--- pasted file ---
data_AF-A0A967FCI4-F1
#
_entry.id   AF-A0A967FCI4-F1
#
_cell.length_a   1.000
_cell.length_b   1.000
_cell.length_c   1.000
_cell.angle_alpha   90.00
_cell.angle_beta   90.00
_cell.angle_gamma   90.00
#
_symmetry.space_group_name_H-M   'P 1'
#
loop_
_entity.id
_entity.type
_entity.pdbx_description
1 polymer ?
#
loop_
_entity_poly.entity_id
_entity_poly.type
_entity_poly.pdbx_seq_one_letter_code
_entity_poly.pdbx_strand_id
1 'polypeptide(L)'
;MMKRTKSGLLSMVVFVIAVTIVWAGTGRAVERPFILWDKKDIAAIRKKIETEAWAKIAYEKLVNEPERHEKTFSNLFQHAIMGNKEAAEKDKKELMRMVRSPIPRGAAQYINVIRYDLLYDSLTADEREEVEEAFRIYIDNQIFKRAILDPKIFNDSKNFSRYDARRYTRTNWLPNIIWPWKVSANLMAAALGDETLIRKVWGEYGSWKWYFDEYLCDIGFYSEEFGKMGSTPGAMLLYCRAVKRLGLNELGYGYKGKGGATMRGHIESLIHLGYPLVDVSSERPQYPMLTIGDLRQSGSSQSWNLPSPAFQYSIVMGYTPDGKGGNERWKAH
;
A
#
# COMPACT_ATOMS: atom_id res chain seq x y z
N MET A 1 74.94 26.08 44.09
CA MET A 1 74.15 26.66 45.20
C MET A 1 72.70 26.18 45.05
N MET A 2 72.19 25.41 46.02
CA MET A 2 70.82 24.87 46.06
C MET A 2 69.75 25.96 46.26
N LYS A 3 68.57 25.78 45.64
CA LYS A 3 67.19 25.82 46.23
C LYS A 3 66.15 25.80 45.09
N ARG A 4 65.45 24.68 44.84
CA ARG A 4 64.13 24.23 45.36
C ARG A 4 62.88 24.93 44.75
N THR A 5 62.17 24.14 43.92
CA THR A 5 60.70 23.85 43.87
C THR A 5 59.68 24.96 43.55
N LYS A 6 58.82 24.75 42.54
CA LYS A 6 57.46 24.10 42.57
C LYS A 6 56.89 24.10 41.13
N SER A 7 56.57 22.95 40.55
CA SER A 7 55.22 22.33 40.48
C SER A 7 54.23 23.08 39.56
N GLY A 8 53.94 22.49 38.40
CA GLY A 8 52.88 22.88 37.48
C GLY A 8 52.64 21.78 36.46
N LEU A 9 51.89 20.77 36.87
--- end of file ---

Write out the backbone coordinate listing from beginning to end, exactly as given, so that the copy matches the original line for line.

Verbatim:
data_AF-A0A967FCI4-F1
#
_entry.id   AF-A0A967FCI4-F1
#
_cell.length_a   1.000
_cell.length_b   1.000
_cell.length_c   1.000
_cell.angle_alpha   90.00
_cell.angle_beta   90.00
_cell.angle_gamma   90.00
#
_symmetry.space_group_name_H-M   'P 1'
#
loop_
_entity.id
_entity.type
_entity.pdbx_description
1 polymer ?
#
loop_
_entity_poly.entity_id
_entity_poly.type
_entity_poly.pdbx_seq_one_letter_code
_entity_poly.pdbx_strand_id
1 'polypeptide(L)'
;MMKRTKSGLLSMVVFVIAVTIVWAGTGRAVERPFILWDKKDIAAIRKKIETEAWAKIAYEKLVNEPERHEKTFSNLFQHAIMGNKEAAEKDKKELMRMVRSPIPRGAAQYINVIRYDLLYDSLTADEREEVEEAFRIYIDNQIFKRAILDPKIFNDSKNFSRYDARRYTRTNWLPNIIWPWKVSANLMAAALGDETLIRKVWGEYGSWKWYFDEYLCDIGFYSEEFGKMGSTPGAMLLYCRAVKRLGLNELGYGYKGKGGATMRGHIESLIHLGYPLVDVSSERPQYPMLTIGDLRQSGSSQSWNLPSPAFQYSIVMGYTPDGKGGNERWKAH
;
A
#
# COMPACT_ATOMS: atom_id res chain seq x y z
N MET A 1 74.94 26.08 44.09
CA MET A 1 74.15 26.66 45.20
C MET A 1 72.70 26.18 45.05
N MET A 2 72.19 25.41 46.02
CA MET A 2 70.82 24.87 46.06
C MET A 2 69.75 25.96 46.26
N LYS A 3 68.57 25.78 45.64
CA LYS A 3 67.19 25.82 46.23
C LYS A 3 66.15 25.80 45.09
N ARG A 4 65.45 24.68 44.84
CA ARG A 4 64.13 24.23 45.36
C ARG A 4 62.88 24.93 44.75
N THR A 5 62.17 24.14 43.92
CA THR A 5 60.70 23.85 43.87
C THR A 5 59.68 24.96 43.55
N LYS A 6 58.82 24.75 42.54
CA LYS A 6 57.46 24.10 42.57
C LYS A 6 56.89 24.10 41.13
N SER A 7 56.57 22.95 40.55
CA SER A 7 55.22 22.33 40.48
C SER A 7 54.23 23.08 39.56
N GLY A 8 53.94 22.49 38.40
CA GLY A 8 52.88 22.88 37.48
C GLY A 8 52.64 21.78 36.46
N LEU A 9 51.89 20.77 36.87